Hypothesis Testing for Gangsters

Okay. Okay. OKAY. Look. I know you have a problem. You've been screwed by someone and now want your money back. Totally agree.

But first take a big breath and relax - you don't want to get into bigger trouble. Let's do it another way. I want to help to go one step further and do it like a PRO. And believe this makes a huge difference.

So go, grab your drink, and read this 5 tips.

How to do this

Read each step carefully. After the end, you will find what should you have after accomplishing it.

  1. Formulate hypothesis you want to validate
    A null hypothesis (H_{0}) is a statement we want to validate. Unless we will find sufficient evidence, there will be no reasons to reject it.

    A drug dealer states that cocaine is pure in 90%.

    A null hypothesis is (H_{0}\colon\ p = 0.9)An alternative hypothesis (H_{1}) is a statement that automatically becomes "true" (not rejected) if null hypothesis gets discarded.

    A customer doubts drug's purity. He states that it contains more than 10% additives. The alternative hypothesis can be (H_{1}\colon\ p < 0.9)

    After this step, you should have formulated (H_{0}) and (H_{1})

  2. Choose test statisticsOur overall aim is to validate the null hypothesis. We have to assure that it is true and then look for arguments to demolish it. Yeah.In more scientific speech we have to come up with probabilistic distribution ensuring that null hypothesis is correct.

    A customer bought 15 decks of a drug. After hosting a big party he realized that ONLY 11 decks were meeting the norm guaranteed by the dealer (test statistics). Remembering the wise words of a dealer, his test distribution can be (X \sim B(15; 0.9)). Someone will have a problem.

    After this step, you should have figured the test statistics (based on the experience) and the test distribution

  3. Choose a critical region (one-tail or two-tail test)Right now we have our probability distribution of test statistics, but still need to choose which values the null hypothesis get rejected (critical region) and for which accepted (acceptance region).We use a term of significance level (\alpha) which is a parameter describing certain probability, that for an event the likelihood of it's occurrence is small enough to agree that the null hypothesis gets rejected.

    A customer have chosen a value of significance level (\alpha = 5\%) meaning that the critical region (when we reject the null hypothesis) can be described as: (P(X < c) < 0.05)

    Depending on the form of (H_{1}) we can also specify whether the critical region is one-tailed or two-tailed.

    One-tail critical region occurs when the alternative hypothesis is expressed with inequities. For example if (H_{1}\colon p <\ c ) we should use left one-tailed critical region, and for (H_{1}\colon p >\ c right one-tailed.

    When the (H_{1}) is expressed with the (\neq) sign we are dealing with two-tail critical region. In this case, the critical region is placed in both tails of the distribution, where each side corresponds to the (\frac{\alpha}{2} ) probability.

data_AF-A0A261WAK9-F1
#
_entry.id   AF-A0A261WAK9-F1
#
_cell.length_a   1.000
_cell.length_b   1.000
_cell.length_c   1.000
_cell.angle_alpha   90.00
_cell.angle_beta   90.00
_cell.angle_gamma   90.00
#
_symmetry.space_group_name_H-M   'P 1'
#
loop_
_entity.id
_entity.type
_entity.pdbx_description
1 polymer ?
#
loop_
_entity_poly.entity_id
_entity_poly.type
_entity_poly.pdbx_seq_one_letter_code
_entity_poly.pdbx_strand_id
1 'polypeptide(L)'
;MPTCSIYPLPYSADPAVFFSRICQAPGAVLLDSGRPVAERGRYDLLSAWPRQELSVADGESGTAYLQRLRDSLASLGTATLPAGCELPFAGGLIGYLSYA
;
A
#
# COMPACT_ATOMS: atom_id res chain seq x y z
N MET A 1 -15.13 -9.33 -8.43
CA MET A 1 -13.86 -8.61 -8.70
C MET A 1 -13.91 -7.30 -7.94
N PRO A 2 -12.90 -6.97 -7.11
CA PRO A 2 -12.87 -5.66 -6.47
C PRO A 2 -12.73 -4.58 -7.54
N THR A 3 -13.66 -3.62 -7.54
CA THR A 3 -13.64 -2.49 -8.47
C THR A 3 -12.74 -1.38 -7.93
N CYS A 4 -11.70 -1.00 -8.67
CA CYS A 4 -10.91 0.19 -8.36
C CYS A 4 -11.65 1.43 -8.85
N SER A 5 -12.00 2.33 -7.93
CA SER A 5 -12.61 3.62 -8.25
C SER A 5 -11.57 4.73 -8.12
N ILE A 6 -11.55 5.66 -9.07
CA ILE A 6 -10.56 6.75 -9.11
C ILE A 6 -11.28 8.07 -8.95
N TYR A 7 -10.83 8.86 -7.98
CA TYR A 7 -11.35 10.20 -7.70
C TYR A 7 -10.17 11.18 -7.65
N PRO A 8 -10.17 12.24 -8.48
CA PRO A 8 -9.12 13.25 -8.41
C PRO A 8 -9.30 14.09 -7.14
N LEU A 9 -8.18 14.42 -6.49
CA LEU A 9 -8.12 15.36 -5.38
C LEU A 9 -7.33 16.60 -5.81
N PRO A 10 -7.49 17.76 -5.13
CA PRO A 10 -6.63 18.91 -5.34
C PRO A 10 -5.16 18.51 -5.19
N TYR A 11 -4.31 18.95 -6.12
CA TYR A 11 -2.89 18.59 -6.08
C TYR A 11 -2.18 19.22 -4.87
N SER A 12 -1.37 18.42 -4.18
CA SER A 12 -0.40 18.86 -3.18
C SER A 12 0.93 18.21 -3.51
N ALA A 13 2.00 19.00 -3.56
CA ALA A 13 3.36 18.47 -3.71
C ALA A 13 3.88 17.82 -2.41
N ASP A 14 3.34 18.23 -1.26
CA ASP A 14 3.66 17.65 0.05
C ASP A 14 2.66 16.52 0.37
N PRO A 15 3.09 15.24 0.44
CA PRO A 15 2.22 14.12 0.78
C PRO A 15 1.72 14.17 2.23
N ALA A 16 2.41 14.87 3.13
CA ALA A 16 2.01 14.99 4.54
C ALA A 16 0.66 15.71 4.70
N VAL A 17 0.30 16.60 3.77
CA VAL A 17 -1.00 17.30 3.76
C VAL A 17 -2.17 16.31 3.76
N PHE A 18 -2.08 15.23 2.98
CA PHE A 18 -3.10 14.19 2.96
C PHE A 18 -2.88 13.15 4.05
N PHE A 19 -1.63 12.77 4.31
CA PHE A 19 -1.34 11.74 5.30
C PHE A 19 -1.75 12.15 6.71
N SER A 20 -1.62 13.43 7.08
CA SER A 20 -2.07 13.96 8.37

Because the alternative hypothesis is (H_{1}\colon\ p < 0.9 ) the scammed customer is dealing with one-tailed critical region.

    After this step, you should specify the significance level (\alpha ) and know whether the critical region is one-tailed or two-tailed.

  4. Calculate the probability (p-value)P-value is a probability of getting the same (or worse) results from the perspective of a null hypothesis.It's value depend on two things:
    • form of alternative hypothesis (H_{1}) (one or two tails),
    • a value of test statistics (based on the test distribution)

    In the case of our customer the test statistics is 11 (doses of pure drugs) and the critical region is located in left tail. The formula for p-value is ( P(X < 11) ). Taking into consideration (X \sim B(15; 0.9) ) it's value is (P(X < 11) = 0.55). To calculate this he used this snippet.

    After this step, you should obtain p-value

  5. Make a decisionIn this last step, we are finally deciding if the null hypothesis gets rejected or not (i.e. dealer was right or not).The null hypothesis will get rejected if the p-value will get into critical region.For example if the critical region is in the left tail the (H_{0}) will get rejected if ( \alpha < P_{value}).

    Customer has to reject his hypothesis (H_{1} ). In this case the P-value (( P_{value} = 0.055)) is greater than the significance level ( \alpha = 0.05 ), which means that the drug dealer was right ( H_{0}) is true). DAMN.

    After this step you finally know if there are reasons to reject (H_{0})


Question: What value of significance level should I choose?

Answer: It all depends on how sure you want to be that you are making no mistake when rejecting a null hypothesis. For example, choosing ( \alpha = 1\% ) gives you more certainty that your decision about rejecting ( H_{0}) was correct than ( \alpha = 5\%).


I have to admit it. I'm a bit scared. You have received a powerful tool. Tool that help to prove you that you're RIGHT in many cases.